When Apple founder Steve Jobs said they would re-invent the phone, what he didn't mention is that they would continue to re-invent it every year or two.

And with each new iPhone model, has come an updated operating system with new features, which owners of previous phones can also download.

But what some owners of older generation iPhones notice is that as they keep updating new software -- as recommended by Apple -- their older phones eventually slow down. So much, that they feel the need to buy a new one again.

“I would say every company tries to maximize the number of times they can sell you something. So, they're finding ways to let you know, you've got a slow phone, there's better newer stuff out there,” said George John, U of M marketing professor.

John is very familiar with the concept of "Planned Obsolescence," defined as "a policy of producing consumer goods that rapidly become obsolete and so require replacing."

He says smartphone companies don't practice full-blown planned obsolescence, however.

“They're trying to nibble around the edges to make it harder for you to use an older object,” John said.

You ever notice how insistent your phone can be in "suggesting" you download and install the latest update? It's not required, but the company almost makes it harder not to update.

“Keeps nagging you. Why are you not upgrading your software? Hey. Security software there's this and there's that."

“Apple optimizes for the new. They try to bring as many of the old devices along as long as they can,” said Jon Rexeisen, the top iOS app developer at The Nerdery.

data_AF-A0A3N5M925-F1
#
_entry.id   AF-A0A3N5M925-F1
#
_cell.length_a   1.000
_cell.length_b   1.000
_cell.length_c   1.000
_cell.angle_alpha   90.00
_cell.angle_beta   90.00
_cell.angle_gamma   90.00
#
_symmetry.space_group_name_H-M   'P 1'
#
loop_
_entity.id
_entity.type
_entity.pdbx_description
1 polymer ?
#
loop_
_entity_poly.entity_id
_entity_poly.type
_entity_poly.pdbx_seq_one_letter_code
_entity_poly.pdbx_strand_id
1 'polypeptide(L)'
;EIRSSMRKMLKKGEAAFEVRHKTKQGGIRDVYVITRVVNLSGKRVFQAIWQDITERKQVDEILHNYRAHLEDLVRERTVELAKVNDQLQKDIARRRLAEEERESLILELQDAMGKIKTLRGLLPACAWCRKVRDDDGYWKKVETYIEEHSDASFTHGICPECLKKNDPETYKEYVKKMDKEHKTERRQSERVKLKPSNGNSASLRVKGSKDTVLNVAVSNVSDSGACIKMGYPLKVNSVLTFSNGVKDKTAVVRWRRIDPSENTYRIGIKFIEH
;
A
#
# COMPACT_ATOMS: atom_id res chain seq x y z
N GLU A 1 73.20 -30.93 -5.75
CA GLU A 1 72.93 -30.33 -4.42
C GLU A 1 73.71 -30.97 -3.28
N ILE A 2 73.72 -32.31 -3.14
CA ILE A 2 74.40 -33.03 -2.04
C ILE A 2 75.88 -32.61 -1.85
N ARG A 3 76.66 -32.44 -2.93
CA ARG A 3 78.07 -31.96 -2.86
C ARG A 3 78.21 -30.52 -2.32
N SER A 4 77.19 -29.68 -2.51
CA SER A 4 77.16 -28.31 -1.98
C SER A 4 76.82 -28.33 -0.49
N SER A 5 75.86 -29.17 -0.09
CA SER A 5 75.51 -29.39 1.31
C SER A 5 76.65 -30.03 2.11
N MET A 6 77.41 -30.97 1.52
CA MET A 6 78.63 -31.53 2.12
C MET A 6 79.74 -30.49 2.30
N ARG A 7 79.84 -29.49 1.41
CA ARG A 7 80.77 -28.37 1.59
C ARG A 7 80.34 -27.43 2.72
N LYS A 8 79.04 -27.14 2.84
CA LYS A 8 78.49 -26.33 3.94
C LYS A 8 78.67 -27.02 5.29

Rexeisen says Apple develops its new phones hand-in-hand with its new software. Fully integrated. Meanwhile, the new software works on the old phones. Just not as well.

“That's why some of those new features just literally can't be faster, because of the way their processors actually integrated into the design process,” Rexeisen said.

What would happen if you bought an iPhone and never updated the operating system or any of the apps?

“Really it would feel about the same as it always has,” he said.

But despite retaining all its snappiness, Rexeisen says there's a danger in that strategy, because operating system updates also patch security flaws.

What's the risk of leaving these security flaws on your phone? What's going to happen?

"The most serious way this could happen is you could have a remote exploit," Rexeisen said. "Someone external of your phone could send you maybe a text message and say click here, you click on it, and then someone could have access to your phone."

More likely, Rexeisen says, your phone might crash from time to time.

So, what should an iPhone user do?

Rexeisen suggests researching the new features included in iOS downloads and weighing whether they are worth a slight performance decrease.

And if you have the oldest phone model compatible with the newest iOS, he suggests sticking with the older software.

For example, if you have an iPhone 5S, maybe avoid iOS 11.

“If you're one step up from the bottom, you're usually pretty good for upgrading,” Rexeisen said.

Android users face the same frustration with yearly updates. And experts say the slowdown can be worse in some phone models because the operating system is not optimized for all of them. The auto-updates of the OS and the apps can be turned off.

“I think they're justified,” John said.

Still, he understands the frustration that comes when adding something new can make your phone feel even older.